Remember a few posts back when I let you in on the news that I would be starting a job outside of blogging? Well, it's been about a month since my first day, and guys, I'm effin' beat. How do you work a full time job while having a dedicated side project at the same time? Especially a project that submits to the will of the fickle sun, who likes to start setting shortly after lunch these days. Tell me your secrets, how do you manage everything? (Really, I want to know).
Take Thanksgiving for example. Did you know that it's my favorite day of the year? A day dedicated to making a buttload of food, eating, napping, watching TV, then eating some more. Of course you didn't. Because reading my blog, it's as if that day doesn't exist! Though I made a whole 14 pound turkey and 5 different sides for a measly 3 people + 2 cats and we stuffed our faces silly then ate leftovers for days, there was not the faintest glimmer of Thanksgiving here, I couldn't even scrounge up a roasted brussels sprouts recipe for you all, and for that and I am sorry. I failed.
But I'll be damned if I miss the rest of the holiday season, which is why I'm here to make it up to you with these festive linzer cookies. With their ruby red jam and a dusting of snowy powdered sugar, is there a more quintessential winter cookie? I mean, besides gingerbread men, but I don't really consider those Christmas cookies so much as Christmas...decorations. Do people actually eat them?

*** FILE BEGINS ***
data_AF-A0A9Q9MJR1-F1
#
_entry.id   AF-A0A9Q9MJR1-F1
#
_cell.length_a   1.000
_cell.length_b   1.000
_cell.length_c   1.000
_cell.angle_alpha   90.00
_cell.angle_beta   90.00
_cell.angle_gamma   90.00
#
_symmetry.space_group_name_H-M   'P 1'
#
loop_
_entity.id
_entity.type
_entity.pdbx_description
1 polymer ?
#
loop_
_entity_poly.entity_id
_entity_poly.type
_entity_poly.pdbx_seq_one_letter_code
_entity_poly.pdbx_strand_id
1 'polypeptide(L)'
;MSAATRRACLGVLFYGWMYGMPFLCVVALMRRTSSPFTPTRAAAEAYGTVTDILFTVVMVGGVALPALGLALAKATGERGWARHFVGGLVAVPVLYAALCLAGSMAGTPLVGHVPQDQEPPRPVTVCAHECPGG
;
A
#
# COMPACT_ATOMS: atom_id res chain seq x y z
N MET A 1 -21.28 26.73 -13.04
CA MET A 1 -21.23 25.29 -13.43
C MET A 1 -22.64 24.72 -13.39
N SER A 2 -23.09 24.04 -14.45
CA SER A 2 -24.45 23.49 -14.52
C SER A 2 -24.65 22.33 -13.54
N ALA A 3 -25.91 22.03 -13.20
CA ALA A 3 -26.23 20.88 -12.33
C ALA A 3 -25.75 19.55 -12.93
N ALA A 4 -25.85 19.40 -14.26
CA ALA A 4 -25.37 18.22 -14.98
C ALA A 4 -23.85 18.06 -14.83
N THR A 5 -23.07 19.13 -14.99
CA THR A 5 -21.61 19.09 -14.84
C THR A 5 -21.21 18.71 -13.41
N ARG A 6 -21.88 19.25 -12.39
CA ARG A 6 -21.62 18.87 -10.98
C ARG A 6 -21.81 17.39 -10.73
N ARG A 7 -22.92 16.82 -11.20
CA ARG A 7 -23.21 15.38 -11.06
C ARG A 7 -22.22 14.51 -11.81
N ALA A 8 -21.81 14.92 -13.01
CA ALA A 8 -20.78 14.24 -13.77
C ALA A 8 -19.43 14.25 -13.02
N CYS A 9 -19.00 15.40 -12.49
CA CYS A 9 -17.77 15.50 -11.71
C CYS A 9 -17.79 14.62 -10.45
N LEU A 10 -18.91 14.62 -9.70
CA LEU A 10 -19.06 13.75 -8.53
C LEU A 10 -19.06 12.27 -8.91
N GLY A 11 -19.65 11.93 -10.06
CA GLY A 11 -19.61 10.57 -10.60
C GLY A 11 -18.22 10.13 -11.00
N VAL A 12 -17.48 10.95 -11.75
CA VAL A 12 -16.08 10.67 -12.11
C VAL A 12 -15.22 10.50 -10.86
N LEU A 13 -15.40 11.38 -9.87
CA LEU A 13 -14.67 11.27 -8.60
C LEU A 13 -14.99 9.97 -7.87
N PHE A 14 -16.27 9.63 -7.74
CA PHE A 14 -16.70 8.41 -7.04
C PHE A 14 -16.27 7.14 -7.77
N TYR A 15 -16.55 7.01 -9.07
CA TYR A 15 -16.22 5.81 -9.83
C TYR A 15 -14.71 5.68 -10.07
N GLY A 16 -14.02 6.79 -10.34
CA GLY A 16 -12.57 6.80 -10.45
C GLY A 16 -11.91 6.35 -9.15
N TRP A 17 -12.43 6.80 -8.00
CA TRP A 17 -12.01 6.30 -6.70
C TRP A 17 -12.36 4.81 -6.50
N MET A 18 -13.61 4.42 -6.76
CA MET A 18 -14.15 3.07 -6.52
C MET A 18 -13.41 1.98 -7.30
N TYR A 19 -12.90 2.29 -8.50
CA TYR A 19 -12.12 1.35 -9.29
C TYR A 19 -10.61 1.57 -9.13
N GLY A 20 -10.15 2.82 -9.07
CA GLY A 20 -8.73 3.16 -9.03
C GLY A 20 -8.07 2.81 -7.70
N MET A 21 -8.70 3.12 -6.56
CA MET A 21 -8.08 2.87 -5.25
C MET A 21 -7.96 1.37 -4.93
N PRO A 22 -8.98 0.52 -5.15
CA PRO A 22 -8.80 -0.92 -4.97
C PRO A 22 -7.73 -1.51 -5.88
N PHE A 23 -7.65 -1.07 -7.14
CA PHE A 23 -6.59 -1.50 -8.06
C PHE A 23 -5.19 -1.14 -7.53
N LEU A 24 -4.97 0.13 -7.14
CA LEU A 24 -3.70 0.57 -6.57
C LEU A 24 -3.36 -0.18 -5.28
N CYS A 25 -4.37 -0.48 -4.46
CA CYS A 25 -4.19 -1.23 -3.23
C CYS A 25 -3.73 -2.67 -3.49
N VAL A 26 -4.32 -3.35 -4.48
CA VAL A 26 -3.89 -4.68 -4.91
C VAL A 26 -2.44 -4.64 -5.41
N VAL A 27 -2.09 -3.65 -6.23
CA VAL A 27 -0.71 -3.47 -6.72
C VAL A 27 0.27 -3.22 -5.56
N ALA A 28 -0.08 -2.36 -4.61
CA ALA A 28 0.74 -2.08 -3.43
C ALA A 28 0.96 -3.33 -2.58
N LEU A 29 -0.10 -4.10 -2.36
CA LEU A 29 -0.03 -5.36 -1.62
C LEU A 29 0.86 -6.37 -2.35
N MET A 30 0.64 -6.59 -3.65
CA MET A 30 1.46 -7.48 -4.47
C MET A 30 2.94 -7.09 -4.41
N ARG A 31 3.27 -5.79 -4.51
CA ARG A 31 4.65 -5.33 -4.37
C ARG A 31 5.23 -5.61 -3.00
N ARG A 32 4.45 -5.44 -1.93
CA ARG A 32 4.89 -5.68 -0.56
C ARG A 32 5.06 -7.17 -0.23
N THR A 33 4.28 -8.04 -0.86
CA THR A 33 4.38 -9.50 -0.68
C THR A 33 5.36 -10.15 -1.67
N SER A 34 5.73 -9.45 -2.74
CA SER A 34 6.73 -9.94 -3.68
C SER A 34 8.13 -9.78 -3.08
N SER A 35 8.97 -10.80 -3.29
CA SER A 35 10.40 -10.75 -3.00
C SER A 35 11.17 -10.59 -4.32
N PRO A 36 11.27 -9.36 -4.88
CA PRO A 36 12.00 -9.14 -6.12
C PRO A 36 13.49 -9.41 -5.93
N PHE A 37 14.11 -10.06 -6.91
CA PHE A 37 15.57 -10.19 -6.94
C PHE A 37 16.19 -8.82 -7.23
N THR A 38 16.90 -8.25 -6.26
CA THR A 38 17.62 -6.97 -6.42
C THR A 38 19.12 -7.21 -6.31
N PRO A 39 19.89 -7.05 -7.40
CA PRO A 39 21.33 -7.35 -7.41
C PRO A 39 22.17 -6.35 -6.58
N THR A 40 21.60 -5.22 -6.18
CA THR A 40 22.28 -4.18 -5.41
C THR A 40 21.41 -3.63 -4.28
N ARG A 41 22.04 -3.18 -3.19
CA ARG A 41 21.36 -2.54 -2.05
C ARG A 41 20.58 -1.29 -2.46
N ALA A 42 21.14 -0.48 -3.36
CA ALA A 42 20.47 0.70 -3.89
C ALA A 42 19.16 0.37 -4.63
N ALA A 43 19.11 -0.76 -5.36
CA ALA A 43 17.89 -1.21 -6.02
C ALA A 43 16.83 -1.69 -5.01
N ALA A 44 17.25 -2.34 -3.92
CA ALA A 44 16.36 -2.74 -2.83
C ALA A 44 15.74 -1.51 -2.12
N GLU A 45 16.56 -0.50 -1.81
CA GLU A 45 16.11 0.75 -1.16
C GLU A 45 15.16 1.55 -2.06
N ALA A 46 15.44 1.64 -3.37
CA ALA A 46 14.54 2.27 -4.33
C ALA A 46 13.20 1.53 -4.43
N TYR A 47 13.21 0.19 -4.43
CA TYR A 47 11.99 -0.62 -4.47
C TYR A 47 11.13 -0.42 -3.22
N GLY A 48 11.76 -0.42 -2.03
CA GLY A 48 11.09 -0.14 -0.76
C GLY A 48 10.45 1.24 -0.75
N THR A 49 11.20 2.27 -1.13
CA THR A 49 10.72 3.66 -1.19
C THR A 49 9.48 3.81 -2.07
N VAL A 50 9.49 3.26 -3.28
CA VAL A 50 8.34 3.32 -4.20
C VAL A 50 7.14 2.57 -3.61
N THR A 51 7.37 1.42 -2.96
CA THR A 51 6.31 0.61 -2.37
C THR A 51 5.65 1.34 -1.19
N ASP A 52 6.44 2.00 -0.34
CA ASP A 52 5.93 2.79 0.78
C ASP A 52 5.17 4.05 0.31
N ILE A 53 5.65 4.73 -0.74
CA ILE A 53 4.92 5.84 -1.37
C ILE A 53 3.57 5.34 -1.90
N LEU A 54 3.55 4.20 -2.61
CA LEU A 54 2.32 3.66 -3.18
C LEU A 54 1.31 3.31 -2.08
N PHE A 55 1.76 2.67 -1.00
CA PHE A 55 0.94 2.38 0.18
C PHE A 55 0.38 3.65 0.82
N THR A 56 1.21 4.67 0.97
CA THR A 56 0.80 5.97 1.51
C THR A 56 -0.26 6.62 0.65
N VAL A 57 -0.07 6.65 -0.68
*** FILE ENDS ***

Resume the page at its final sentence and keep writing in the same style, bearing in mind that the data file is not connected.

But I digress. Now, under most circumstances, if a cookie does not contain chocolate, I'm more than happy to let someone else eat it. Not these guys. Though they might seem a little sugar cookie-esque at first glance, they are actually nothing like those lifeless, crumbly dog biscuits that are decorated all pretty to make them look deceivingly tasty, when in fact they are not. No, these little darlings taste just as good as they look. The ground hazelnuts give them a nice, light texture. The sweet and tart raspberry jam pairs beautifully with the nuttiness of the cookie, and also softens their texture the longer you store them. However, let's be serious here, they are so delicious that they won't be stored for long before someone eats every last one.
Loosely adapted from Food & Wine
Because ground hazelnuts comprise a large portion of this dough, it tends to be quite tender, crumbly and difficult to work with. A pastry scraper is absolutely essential when cutting cookies out and transferring them to a baking sheet, lest you break and tear them. Additionally, patience is key here, I confess that the first time I made these cookies I almost rage quit because I hadn't floured my counter well enough and they kept sticking. Tip: don't do that, rage = bad, patience = good. Fortunately it is also a very forgiving dough, so you can ball it up and re-roll a few times over without the texture being affected.
Makes about 2 dozen.
For the raspberry jam:
2 cups fresh raspberries, tightly packed
2 cups sugar
pinch of salt
For the cookies:
1 cup raw hazelnuts
3/4 cup (150 grams) granulated sugar, divided
2 sticks (227 grams) unsalted butter, room temperature
3 large egg yolks
1 tsp lemon zest
1 & 3/4 cups (219 grams) all-purpose flour
1/2 tsp cinnamon
1/2 cup (60 grams) confectioner's sugar for dusting